As for the flooding, I hope someday that funds can be secured to fix the problem. Thousands of families have connections to Lincoln Memorial, and no matter the conditions, descendants and the surrounding community remain committed to maintaining family connections to this sacred ground. This is especially evident every Memorial Day (Decoration Day) weekend, where hundreds come out, clean the gravesites they can reach, and decorate them with flowers, telling stories of ancestors and sharing memories while they work. The constant flooding only makes these family moments, precious as they are, that much harder to accomplish. Floods erase inscriptions and valuable history. It has to be remedied. There are simply too many priceless stories and family legacies at peril. ♦

Virginia: Update on a Tidewater Freedom Fighter

Pvt. Jones Portsmouth Enlistment Card

Pvt. Albert Jones, 1st U. S. Colored Cavalry, enlistment card

 

Great news for Spring. Pvt. Albert Jones is getting a new headstone! Our request from February has been approved by the Department of Veterans Affairs. It was delivered to Ogg Stone Works on March 21st. Pvt. Jones’ grave has been unmarked for over 78 years, ever since the terrible tragedy that claimed his life on February 27, 1940. The recent rains have caused a terrible bout of flooding in Lincoln Memorial Cemetery. We hope to be able to mark his gravesite for the monument company as soon as the flood waters recede.

Pvt. Albert Jones will be the 19th Civil War veteran to receive a new headstone. The others are: Cpl. John Cross, 10th U. S. Colored Infantry; Sgt. Ashley Lewis, 1st U. S. Colored Cavalry; Pvt. Arthur Beasley, 1st U. S. Colored Cavalry; Pvt. David Bailey, 10th U. S. Colored Infantry; Cpl George Baysmore, 36th U. S. Colored Infantry; Pvt. Austin Smallwood, 14th U. S. Colored Heavy Artillery; Pvt. Richard Reddick, 1st U. S. Colored Cavalry; Pvt. Thomas Reddick, 1st U. S. Colored Cavalry; Pvt/Landsman Samuel Morris; Sgt. Lewis Rodgers, 28th U. S. Colored Infantry; Pvt. Zachariah Taylor, 5th U. S. Colored Infantry; Pvt. Samuel Dyes, 36th U. S. Colored Infantry; Pvt. Washington Milbey, 10th U. S. Colored Infantry; Sgt. James “Jim” Edwards, 2nd U. S. Colored Cavalry; Pvt. Edmond Riddick, 36th U. S. Colored Infantry; Pvt. Henry Brinkley, 2nd U. S. Colored Cavalry; Pvt. Alfred Savage, 2nd U. S. Colored Cavalry; and Landsman John Hodges. ♥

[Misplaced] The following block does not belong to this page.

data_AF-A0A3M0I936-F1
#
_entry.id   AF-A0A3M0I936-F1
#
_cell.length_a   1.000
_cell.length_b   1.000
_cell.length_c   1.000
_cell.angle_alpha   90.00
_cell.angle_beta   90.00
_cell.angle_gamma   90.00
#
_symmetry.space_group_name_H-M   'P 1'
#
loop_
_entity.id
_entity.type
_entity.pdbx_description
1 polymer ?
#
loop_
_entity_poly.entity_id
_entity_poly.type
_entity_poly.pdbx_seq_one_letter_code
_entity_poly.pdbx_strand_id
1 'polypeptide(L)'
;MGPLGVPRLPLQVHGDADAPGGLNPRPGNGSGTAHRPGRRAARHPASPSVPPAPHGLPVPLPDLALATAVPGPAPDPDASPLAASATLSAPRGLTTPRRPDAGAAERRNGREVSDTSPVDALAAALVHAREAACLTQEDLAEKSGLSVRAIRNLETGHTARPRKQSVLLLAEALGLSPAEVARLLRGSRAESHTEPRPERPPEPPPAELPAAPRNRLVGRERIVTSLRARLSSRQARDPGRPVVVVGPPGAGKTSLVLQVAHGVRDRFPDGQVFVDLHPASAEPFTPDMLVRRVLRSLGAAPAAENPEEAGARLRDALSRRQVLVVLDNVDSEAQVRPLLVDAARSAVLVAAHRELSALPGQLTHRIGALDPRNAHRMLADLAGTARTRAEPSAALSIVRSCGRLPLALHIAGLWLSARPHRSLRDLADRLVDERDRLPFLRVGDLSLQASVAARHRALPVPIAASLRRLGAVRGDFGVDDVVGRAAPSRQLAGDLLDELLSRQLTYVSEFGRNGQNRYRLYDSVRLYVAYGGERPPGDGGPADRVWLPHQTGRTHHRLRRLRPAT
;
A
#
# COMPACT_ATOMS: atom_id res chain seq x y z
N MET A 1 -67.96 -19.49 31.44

Portsmouth, Virginia: Lillian R. Baines, Registered Nurse

Baines RN Portsmouth Copyright Nadia Orton 2014

Gravestone for Lillian R. Baines (1904-1933), RN. Lincoln Memorial Cemetery. Photo: Nadia K. Orton, October 29, 2014